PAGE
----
One of the blogs I always look forward to reading is Kristen’s Little Lodestar. Last week, she posted a series of questions: Nine Things I Wonder About Other Writers. Q&A time:
- Do you share your work with your partner or spouse? Does it matter if it’s been published yet?
My husband reads everything I write. In fact, he’s read this. I share my blog posts, essays, columns, flash fiction—before and after publication. Huh. Now that I’m writing this, I’m thinking how annoying that must be since he has limited time, too. Food for thought. He is an incredible support system, cheerleader, and proofreader when my eyes are glossed over at 1am and I’ve missed word. [“a” word] Isn’t he great?
- How much of your family and/or closest “friends in real life first” read your stuff…let alone give you feedback about it?
This is complicated. Family is always complicated. I’m curious to read other answers to this. As far as I know, very few family members and friends read my work. Well, you now know my husband reads my writing. One of my friends occasionally (I’m honestly not sure how often) reads my blog posts. My parents and grandmother read my Lifestyle columns. (My grandmother has a little scrapbook of my newspaper clips—love her!) However, my biggest fan, and editor, is my 8-yr-old son.
- What do you do with the pieces that continually get rejected–post on your blog? Trash? When do you know it’s time to let it go?
If I like a piece and it gets rejected, I won’t trash it. I keep it for a possible future opportunity or post it on my blog. I don’t submit as much as I probably should so, oftentimes, pieces sit on my computer. Waiting. Taunting me…
- Are there pieces you write for one very specific place that, once rejected, you just let go of, or do you rework into something else?
I’ve had pieces published after they’ve been turned down elsewhere but if I’ve written something very specific, I find it difficult to submit it to a different publication without a massive revision. I don’t like massive revision. I’ve tried it a few times but the piece loses much of what I loved about it to begin with if I try to make it more “humorous” or more “literary” or more “whatever-this-publication-wants”. It’s not genuine—it’s revised just to get published. I prefer genuine.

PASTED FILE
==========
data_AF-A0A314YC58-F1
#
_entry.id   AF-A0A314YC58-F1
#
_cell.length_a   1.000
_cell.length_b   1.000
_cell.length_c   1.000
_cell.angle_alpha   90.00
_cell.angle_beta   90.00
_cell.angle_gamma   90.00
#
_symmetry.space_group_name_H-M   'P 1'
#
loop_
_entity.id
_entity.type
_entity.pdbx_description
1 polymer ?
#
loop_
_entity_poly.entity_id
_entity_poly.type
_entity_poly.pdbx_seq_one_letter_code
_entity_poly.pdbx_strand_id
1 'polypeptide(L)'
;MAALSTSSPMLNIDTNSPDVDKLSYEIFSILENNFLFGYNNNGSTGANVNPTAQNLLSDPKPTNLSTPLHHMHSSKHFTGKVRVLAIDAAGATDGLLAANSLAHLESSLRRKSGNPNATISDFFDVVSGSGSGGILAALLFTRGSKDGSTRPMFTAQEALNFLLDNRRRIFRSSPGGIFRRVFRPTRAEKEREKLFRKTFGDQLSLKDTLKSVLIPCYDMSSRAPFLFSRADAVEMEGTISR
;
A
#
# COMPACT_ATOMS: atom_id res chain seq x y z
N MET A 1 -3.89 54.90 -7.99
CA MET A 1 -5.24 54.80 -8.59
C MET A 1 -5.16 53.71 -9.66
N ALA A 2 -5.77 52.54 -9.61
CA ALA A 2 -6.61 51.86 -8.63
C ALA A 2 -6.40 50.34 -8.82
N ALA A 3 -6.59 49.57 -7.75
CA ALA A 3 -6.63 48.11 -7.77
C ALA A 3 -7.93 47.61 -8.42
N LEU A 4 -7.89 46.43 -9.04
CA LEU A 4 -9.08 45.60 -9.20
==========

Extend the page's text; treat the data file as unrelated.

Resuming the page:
- What is your main source of reading-based inspiration (especially you essayists)? Blogs? Magazines? Journals? Anthologies? Book of essays by one writer?
Wow. This is like when someone asks me my favorite book or favorite wine. I just stand there. Like I’m doing now. Books. Just that. Generally, books. Also, blogs are a wonderful source of inspiration.
- What tends to spark ideas more for you: what you see/hear in daily life or what you read?
Definitely what I see and hear in daily life. I walk around this world writing in my head. I do. It’s weird. But there is so much out there that begs to be written about. The good, the bad, and the ugly—it’s all being recorded in my mind and I often write blog posts about what I’ve experienced. That being said, other blogs often spark an idea or memory that gets me thinking (and sometimes writing).
- Who have you read in the past year or two that you feel is completely brilliant but so underappreciated?
Oh, joy! *climbs up on soapbox* Young Adult, Middle Grade, and Children’s Lit. are so underappreciated by grown-ups and I don’t know why. There is some amazing writing out there in these genres. Go forth and grab a book not written for your age group. It’s fun.
- Without listing anything written by Dani Shapiro, Anne Lamott, Lee Gutkind, or Natalie Goldberg, what craft books are “must haves”?
Okay, so (“Bird by Bird”!) Stephen King’s “On Writing”. Austin Kleon, author of “Steal Like an Artist”, has a wonderful, little book chock full of awesomeness: “Show Your Work”. Angela Ackerman and Becca Puglisi have written “The Emotion Thesaurus” among others. “Wrede on Writing” by Patricia C. Wrede is one I haven’t read yet but I adore her writing and expect this book is fabulous—it’s in my TBR pile.
- Have you ever regretted having something published? Was it because of the content or the actual writing style/syntax?
You let us off the hook for our “cringeworthy” pieces for which I am grateful because this post is getting a bit long. Style/syntax…yes. Is there someone who said “no” to this? I want to
be meet that person. I’m an online bartender so I don’t have many pieces I regret writing in the sense that I’ve changed my opinion or have offended someone. (Plus, let’s face it, we can offend someone by wearing bright red lipstick so I don’t worry about that too much. As an aside, I don’t wear bright red lipstick.) I do regret the pieces I’ve written that are a bit too personal—either about me or about my children.
I love these questions (and answers—both in the comment section at Little Lodestar and on other blogs, such as Nina Badzin, Lindsey Mead, and Lara Anderson).
Okay, readers of Lemon Shark, writers of anything and everything, what are your answers? Share them here, on the original post, or on your own blog. I look forward to reading them.